Of Fire Engine Baptistries and Blasphemy
[Note: I actually had this entry prepared before stumbling across the announcement that Johnny Hunt will nominate Ronnie Floyd to be president of the SBC. Dr. Floyd pastors the FBC, Springdale, Arkansas.]
Several have asked about the existence of a fire engine baptistry that is designed to shoot confetti out of cannons when a child is baptized. Yes, this actually does exist. You can see it at First Baptist Church, Springdale, Arkansas. The Founders Journal reported on this back in 2000. Following are comments taken from the news items in the Fall 2000 issue (#42) of the journal.
Christianity Today (June 8, 2000) and other news sources have reported on what appears to be a new trend in some large evangelical churches. First Baptist Church in Springdale, Arkansas hired a well-known former Disney World designer of children’s amusement rides to design two “high tech sets” for elementary age worship areas: Toon Town for first-through third-graders, and Planet 45 for fourth- and fifth-graders. The fully animated cartoon town has 26-foot-tall buildings. The rationale behind the $270,000 project is summed up by the church’s children’s minister: “Putting a talking head in front of kids for an hour doesn’t work ….This is a visual generation. We need to use technology to the max.” That includes a special baptistry which is built around a fire engine. When a child is baptized, the sirens sound and confetti is fired out of cannons.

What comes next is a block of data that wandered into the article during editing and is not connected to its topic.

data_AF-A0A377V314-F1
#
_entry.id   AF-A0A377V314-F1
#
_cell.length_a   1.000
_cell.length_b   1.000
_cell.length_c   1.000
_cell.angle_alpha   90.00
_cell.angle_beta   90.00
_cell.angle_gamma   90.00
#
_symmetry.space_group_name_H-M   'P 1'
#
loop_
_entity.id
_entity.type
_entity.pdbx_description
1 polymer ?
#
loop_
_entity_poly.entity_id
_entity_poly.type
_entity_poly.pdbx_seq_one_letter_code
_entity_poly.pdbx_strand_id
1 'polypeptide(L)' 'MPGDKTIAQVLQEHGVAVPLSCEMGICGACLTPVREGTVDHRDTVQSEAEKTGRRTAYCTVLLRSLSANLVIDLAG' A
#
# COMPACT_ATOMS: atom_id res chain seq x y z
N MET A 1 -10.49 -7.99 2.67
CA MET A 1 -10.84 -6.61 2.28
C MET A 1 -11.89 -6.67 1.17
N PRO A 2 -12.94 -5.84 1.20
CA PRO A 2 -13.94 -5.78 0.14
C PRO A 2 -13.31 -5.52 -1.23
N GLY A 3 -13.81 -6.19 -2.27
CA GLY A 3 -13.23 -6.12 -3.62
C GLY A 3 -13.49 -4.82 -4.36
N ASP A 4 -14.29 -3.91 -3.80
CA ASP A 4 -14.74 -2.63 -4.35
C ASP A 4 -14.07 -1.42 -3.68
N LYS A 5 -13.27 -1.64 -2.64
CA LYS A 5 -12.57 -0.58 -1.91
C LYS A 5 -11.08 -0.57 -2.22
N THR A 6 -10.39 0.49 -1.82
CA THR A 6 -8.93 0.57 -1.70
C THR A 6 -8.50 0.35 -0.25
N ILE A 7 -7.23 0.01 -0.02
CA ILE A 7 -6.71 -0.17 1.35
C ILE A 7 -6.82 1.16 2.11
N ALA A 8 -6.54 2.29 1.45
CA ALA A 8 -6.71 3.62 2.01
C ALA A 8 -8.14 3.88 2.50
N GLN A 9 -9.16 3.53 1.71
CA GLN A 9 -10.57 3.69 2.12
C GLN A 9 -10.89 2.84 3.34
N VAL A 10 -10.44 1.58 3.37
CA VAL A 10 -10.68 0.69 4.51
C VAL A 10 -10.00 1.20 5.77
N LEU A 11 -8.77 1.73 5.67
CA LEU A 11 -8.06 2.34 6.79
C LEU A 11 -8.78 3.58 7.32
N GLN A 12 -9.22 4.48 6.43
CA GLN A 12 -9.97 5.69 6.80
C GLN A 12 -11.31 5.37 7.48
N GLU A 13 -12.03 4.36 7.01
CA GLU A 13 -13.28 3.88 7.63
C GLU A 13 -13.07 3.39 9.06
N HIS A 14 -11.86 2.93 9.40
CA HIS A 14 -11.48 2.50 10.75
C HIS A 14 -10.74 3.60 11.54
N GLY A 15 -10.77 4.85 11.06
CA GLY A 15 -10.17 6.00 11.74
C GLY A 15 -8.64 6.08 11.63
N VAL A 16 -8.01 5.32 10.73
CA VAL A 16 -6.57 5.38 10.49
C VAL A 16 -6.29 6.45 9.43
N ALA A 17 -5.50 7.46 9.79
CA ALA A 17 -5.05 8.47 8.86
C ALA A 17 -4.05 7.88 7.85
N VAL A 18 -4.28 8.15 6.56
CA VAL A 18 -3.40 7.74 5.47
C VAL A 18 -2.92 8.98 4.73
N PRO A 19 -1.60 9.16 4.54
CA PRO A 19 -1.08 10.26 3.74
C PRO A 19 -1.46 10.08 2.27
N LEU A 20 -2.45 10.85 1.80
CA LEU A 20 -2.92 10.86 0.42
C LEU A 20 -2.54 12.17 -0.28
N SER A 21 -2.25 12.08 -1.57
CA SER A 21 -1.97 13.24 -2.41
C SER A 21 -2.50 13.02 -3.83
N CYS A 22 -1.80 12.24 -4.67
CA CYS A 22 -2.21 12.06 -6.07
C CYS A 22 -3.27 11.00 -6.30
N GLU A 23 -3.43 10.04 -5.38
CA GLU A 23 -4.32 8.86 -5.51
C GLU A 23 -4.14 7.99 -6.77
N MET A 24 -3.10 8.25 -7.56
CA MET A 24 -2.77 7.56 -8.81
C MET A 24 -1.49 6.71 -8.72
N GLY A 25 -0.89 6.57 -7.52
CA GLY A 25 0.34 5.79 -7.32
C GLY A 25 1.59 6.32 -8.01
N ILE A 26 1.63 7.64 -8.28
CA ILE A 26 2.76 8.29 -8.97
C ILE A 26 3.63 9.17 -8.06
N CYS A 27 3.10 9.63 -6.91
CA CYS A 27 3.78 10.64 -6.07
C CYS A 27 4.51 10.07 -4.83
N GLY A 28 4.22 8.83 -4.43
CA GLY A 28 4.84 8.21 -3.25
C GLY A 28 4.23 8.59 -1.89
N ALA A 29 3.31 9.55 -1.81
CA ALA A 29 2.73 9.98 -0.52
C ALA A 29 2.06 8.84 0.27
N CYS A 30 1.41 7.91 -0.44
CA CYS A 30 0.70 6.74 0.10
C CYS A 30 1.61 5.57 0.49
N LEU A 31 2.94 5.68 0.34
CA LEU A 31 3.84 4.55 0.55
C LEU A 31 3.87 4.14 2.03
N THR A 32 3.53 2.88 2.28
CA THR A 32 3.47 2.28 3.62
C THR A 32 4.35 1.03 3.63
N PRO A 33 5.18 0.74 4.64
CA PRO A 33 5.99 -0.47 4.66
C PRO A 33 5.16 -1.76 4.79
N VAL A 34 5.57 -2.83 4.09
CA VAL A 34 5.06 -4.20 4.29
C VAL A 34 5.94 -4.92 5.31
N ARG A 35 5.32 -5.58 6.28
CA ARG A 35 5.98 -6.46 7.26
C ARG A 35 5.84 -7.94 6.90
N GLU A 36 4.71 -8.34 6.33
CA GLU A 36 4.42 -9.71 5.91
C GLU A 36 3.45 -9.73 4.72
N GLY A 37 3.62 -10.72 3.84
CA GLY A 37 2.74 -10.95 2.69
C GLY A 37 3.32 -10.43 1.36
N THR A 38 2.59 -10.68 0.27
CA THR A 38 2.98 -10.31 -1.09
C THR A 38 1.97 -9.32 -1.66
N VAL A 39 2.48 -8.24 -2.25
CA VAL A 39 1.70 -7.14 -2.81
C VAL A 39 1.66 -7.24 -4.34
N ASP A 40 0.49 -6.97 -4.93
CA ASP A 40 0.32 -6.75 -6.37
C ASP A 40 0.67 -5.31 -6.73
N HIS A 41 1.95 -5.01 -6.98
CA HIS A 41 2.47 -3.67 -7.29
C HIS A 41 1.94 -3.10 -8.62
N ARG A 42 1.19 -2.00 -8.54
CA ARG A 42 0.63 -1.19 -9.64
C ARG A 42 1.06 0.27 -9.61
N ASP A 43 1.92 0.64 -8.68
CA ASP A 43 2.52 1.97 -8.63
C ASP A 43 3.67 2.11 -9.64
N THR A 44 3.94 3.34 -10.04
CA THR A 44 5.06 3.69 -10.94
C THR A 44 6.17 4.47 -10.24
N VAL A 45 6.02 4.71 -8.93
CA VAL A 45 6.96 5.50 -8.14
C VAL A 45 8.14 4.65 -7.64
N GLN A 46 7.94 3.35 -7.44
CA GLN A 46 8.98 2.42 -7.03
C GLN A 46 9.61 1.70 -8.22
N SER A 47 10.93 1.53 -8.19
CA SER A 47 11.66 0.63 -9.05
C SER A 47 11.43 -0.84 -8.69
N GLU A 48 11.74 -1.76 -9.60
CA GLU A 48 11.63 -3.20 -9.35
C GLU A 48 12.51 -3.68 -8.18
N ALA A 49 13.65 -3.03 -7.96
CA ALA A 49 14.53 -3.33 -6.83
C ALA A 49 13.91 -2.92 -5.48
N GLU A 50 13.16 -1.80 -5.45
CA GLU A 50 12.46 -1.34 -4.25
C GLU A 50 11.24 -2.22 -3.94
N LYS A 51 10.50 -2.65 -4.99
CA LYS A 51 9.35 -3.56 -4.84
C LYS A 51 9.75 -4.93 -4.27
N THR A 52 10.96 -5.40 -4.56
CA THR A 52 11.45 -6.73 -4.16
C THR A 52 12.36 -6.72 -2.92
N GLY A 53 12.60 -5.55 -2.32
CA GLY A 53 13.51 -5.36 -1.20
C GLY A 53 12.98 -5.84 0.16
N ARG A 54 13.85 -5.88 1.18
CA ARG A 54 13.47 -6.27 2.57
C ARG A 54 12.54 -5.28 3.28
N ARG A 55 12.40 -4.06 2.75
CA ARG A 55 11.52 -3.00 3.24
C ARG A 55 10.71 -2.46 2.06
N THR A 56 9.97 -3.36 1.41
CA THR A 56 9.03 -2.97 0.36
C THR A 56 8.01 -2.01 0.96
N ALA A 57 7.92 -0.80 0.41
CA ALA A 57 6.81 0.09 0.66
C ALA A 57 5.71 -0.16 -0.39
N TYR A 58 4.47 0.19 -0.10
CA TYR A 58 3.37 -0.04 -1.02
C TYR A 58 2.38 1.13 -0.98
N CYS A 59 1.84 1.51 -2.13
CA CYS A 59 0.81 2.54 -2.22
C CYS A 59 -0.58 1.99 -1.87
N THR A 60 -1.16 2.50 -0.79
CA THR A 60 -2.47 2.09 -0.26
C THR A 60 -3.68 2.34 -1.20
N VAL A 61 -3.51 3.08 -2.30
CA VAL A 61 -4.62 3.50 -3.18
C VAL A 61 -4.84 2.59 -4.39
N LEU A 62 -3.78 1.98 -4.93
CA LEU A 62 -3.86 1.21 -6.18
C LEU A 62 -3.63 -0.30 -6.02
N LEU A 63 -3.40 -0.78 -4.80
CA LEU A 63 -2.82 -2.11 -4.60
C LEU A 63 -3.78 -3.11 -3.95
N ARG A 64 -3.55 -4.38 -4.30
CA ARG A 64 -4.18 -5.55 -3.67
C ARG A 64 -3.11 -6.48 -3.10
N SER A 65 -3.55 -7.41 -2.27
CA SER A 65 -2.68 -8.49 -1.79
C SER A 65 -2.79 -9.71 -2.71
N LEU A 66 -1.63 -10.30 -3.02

When kids enter the rooms, a music video is playing on a giant screen in front, and they can amuse themselves at a row of nonviolent video game screens along walls. Once the service starts, “it’s 90 minutes of mostly frenetic activity, akin to a live television variety show from the 1950s. In Toon Town, buzzers and bells sound, lights flash from the ceiling and from car headlights on the set, bubbles come out the top of a giant bucket and fill the room, confetti streamers squirt out onto the first few rows, and mist is sprayed onto the crowd.” According to the designer, Bruce Barry, “It’s just like going on a ride at Disney World.”
In that same issue of the journal there appeared an interview between Mark Dever and Paige Patterson. Dr. Dever asked Dr. Patterson, who was then President of Southeastern Baptist Theological Seminary but has since moved to the same position at Southwestern Baptist Theological Seminary in Ft. Worth, Texas, about this approach to children’s ministry and baptism. Here is the pertinent part of the exchange:
Dever: I heard about one church recently, and I don’t know if you know about churches like this or not, in order to encourage baptisms among children the baptistry is shaped like a fire truck and they’ve got confetti cannons that go off whenever a kid is baptized. Do you know about any of this?
Patterson: This is my first time to hear this. This is blasphemous!
Dever: Anyway, it’s a church in America. It’s an evangelical church and they mean to preach the gospel so I want to be real quick to say their intentions are good. That’s going to get kids of course, because they want to come forward, get in the fire truck and make the confetti cannons go off.
Patterson: I do not view [positively] the huge number of child baptisms that Baptists are now guilty of–Baptists are some of the worst paedo-baptizers there are.
Now, I share Dr. Patterson’s concern about this, although I might stop short of calling it “blasphemous.” I think that is is unwise and is likely to lead to many false professions of faith among children for the very reason that Dr. Dever cited. Regardless of whether or not we agree that this kind of practice rises to the level of blasphemy, I would guess that many Southern Baptists would agree with Dr. Patterson’s assessment that it is a very unwise practice.